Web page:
Player Development over Winning Games


Win at all costs.


You may hear this phrase from time to time particularly in sports. But more often than not you will see it in how a team is coached. While winning is important, it’s 100% NOT the correct way to develop players to their true potential. Most coaches (especially less experienced ones) want their team to win. Of course, who doesn’t like winning? That’s understandable. But young players need time and the right environment to develop and learn skills.


As a soccer coach, you want to motivate your players to play hard but putting too much pressure on their capabilities, expecting them to always be perfect and being too negative will affect their learning and level of play.


Imagine they are just starting out and you want them to play above-average level. Instead of the player getting inspired, he may end up being discouraged and losing confidence in his/her abilities. Making the young players play just to please their coach will not help them improve.


What exactly is winning?


To some, it’s about getting a higher score than the opposing team or going undefeated. Other coaches believe that winning is seeing your players improve, play with confidence, and fix their mistakes. Everything is a learning process.


Shouting at your players for their bad decisions and poor performance will not boost their confidence. Instead, it can break their desire, leading them to lose interest in the sport and quit.


You don’t have to expect the players to win immediately in just a few training sessions. Since players have diverse abilities, achieving the goal is not always at reach.


Some coaches are controlled by their ego. They want to win every game because winning games makes them a great coach. That is true but it is extremely essential to assess your players’ skills and talents before expecting too much from them.


Kids learn best when they are happy. What does this mean? When kids see that they are in a safe and friendly environment, their eagerness to learn the game increases. Ensuring that the kids are having fun while playing fosters growth.



Player Development


  1. Physical

– Growth

– Strength

– Agility

– Conditioning

– Motor and Skill Development


  1. Social

– Friendship

– Respect

– Confidence

– Emotion


  1. Mental

– Positive Thinking

– Patience

– Preparation

– Acceptance


  1. Technical

– Dribbling

– Passing

– Defending

– Shooting


  1. Tactical

– Formations

– Positional understanding

– Principles of Attack

– Principles of Defense


The above list is a player development model. It is important for the kid to express himself rather than putting them in a specific position. Let them play and assess their strengths and weaknesses. Not because a player is poor at dribbling, you will always yell at them to pass the ball. You are not developing the player or allowing them to get better by doing this.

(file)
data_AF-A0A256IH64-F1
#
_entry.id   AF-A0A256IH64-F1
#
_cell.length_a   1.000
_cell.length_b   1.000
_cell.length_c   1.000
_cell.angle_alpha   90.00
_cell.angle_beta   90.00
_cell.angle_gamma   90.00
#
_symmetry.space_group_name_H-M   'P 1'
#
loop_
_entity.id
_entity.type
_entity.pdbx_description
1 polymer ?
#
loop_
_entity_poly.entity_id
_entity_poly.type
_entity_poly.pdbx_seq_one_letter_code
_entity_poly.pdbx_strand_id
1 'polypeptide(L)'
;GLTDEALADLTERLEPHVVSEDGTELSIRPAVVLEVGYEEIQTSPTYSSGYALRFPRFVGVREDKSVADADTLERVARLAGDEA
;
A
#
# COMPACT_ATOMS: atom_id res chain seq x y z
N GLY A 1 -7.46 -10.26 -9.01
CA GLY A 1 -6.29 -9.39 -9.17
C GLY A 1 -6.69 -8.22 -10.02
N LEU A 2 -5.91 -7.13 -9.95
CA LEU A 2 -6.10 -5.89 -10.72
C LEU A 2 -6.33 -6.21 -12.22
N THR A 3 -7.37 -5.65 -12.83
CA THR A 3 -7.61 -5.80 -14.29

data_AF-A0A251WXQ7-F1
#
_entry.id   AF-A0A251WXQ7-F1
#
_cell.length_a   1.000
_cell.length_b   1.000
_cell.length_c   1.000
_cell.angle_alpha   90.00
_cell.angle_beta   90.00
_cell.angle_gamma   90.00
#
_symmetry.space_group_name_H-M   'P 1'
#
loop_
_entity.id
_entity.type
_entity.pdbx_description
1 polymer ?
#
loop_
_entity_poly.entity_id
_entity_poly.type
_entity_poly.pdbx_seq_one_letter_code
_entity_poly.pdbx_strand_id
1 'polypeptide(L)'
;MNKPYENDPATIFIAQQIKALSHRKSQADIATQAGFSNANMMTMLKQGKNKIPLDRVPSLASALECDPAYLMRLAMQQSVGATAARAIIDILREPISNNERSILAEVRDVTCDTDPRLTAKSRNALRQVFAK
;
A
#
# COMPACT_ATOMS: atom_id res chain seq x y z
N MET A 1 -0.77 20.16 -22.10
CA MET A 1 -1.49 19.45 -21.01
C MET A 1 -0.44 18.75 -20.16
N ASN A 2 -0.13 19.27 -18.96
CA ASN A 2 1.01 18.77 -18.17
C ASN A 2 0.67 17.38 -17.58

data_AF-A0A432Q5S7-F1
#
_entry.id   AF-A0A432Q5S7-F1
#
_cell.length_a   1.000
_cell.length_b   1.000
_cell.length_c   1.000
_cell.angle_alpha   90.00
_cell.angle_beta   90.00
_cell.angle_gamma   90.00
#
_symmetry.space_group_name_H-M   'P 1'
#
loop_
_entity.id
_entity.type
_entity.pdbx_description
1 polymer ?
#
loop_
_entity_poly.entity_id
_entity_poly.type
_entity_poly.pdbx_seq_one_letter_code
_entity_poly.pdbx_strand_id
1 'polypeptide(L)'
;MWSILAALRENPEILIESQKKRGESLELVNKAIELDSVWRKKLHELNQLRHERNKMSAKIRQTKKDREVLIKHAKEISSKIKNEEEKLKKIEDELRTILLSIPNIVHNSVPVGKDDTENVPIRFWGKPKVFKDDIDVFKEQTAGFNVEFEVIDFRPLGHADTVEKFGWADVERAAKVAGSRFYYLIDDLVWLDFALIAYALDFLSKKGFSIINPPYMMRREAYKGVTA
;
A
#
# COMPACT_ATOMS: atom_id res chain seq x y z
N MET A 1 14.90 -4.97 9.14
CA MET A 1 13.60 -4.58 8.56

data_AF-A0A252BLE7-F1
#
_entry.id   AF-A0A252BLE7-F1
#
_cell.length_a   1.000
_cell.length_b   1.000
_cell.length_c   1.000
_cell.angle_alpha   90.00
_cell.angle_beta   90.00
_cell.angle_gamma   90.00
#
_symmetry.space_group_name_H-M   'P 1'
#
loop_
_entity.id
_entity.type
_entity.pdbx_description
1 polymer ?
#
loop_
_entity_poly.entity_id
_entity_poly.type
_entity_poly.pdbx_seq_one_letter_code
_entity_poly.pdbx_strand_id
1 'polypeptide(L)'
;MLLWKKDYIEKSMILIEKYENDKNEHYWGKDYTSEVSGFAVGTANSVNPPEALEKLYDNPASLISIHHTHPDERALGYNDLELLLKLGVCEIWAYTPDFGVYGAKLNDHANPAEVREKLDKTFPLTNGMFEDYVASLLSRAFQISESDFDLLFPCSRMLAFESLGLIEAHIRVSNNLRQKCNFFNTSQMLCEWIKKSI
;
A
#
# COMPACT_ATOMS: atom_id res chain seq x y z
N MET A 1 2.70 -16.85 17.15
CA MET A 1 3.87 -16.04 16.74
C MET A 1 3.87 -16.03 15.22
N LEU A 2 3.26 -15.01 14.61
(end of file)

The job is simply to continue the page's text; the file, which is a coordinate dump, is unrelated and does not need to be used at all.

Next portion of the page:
You will not see them beat the defenders if you restrict them to do so. At the early stage, let the kid dribble and learn. Let them get themselves into sticky situations. Once there they will learn “on the fly” that was a mistake. No need for you to point it out by screaming from the sideline. Eventually when they have put themselves in that situations enough times, they will learn to identify it sooner and learn to avoid it.


Young players should learn to play ALL over the field and not be stuck at one position just because they show skill there over their peers. To truly understand and respect the game they need to understand what it is to defend, what it means to move the ball up the field and what it means to score a goal. Therefore players need time at different positions both on offence and defense. Heck a little time in goal would be good for them too 😉


Development leads to Results


Treat the players equally. Let’s say the team has got to the Final of a Big Tournament. As a coach, your goal is to win and by winning, you want to play your best players and sit out those that can be a liability.


However, if you focus on developing your players, you want to give them chances to play and experience the game no matter what the result will be. It is hard to decide as a coach but if player development is your concern, you have to trust your players to come out with their true potential.


Focusing on the player’s development can lead to long-term results. Winning has its place and it will eventually come. Coaches and parents should promote constructive coaching. Once the players develop discipline, skills, and teamwork, the team will be capable of winning games.


Results do not always lead to development. There are times that when a team scores a goal, the opposing players blame their teammates, become angry, and don’t trust their teammates. That’s one of the consequences of focusing on winning alone.


While winning is the ultimate long term goal, developing young players physically, mentally, socially, technically, and tactically is a more important step. As the kids age, the value that they learned will help them win games when it actually matters and succeed in their career.